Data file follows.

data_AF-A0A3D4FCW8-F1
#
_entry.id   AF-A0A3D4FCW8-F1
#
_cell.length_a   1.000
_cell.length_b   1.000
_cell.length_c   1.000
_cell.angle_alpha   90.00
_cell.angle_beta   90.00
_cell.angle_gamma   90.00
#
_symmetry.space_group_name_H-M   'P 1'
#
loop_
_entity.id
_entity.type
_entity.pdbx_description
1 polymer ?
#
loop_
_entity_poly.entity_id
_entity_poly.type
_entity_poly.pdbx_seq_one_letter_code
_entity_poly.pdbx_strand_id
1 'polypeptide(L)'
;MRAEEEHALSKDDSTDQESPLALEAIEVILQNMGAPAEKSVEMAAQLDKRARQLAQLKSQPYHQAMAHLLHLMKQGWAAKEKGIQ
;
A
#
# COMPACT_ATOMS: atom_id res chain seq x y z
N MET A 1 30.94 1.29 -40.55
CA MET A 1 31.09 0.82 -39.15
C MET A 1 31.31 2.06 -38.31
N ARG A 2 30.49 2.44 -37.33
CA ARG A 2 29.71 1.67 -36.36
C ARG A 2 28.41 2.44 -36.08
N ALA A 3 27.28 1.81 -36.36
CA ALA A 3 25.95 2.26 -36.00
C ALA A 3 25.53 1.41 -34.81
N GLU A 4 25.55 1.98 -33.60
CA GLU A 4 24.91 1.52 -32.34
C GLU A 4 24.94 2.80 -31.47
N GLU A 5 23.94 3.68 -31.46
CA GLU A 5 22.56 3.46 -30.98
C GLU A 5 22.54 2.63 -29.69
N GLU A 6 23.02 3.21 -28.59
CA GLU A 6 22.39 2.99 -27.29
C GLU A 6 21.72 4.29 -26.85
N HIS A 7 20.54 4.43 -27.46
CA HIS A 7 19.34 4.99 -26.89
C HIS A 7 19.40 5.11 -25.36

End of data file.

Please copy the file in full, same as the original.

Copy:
data_AF-A0A3D4FCW8-F1
#
_entry.id   AF-A0A3D4FCW8-F1
#
_cell.length_a   1.000
_cell.length_b   1.000
_cell.length_c   1.000
_cell.angle_alpha   90.00
_cell.angle_beta   90.00
_cell.angle_gamma   90.00
#
_symmetry.space_group_name_H-M   'P 1'
#
loop_
_entity.id
_entity.type
_entity.pdbx_description
1 polymer ?
#
loop_
_entity_poly.entity_id
_entity_poly.type
_entity_poly.pdbx_seq_one_letter_code
_entity_poly.pdbx_strand_id
1 'polypeptide(L)'
;MRAEEEHALSKDDSTDQESPLALEAIEVILQNMGAPAEKSVEMAAQLDKRARQLAQLKSQPYHQAMAHLLHLMKQGWAAKEKGIQ
;
A
#
# COMPACT_ATOMS: atom_id res chain seq x y z
N MET A 1 30.94 1.29 -40.55
CA MET A 1 31.09 0.82 -39.15
C MET A 1 31.31 2.06 -38.31
N ARG A 2 30.49 2.44 -37.33
CA ARG A 2 29.71 1.67 -36.36
C ARG A 2 28.41 2.44 -36.08
N ALA A 3 27.28 1.81 -36.36
CA ALA A 3 25.95 2.26 -36.00
C ALA A 3 25.53 1.41 -34.81
N GLU A 4 25.55 1.98 -33.60
CA GLU A 4 24.91 1.52 -32.34
C GLU A 4 24.94 2.80 -31.47
N GLU A 5 23.94 3.68 -31.46
CA GLU A 5 22.56 3.46 -30.98
C GLU A 5 22.54 2.63 -29.69
N GLU A 6 23.02 3.21 -28.59
CA GLU A 6 22.39 2.99 -27.29
C GLU A 6 21.72 4.29 -26.85
N HIS A 7 20.54 4.43 -27.46
CA HIS A 7 19.34 4.99 -26.89
C HIS A 7 19.40 5.11 -25.36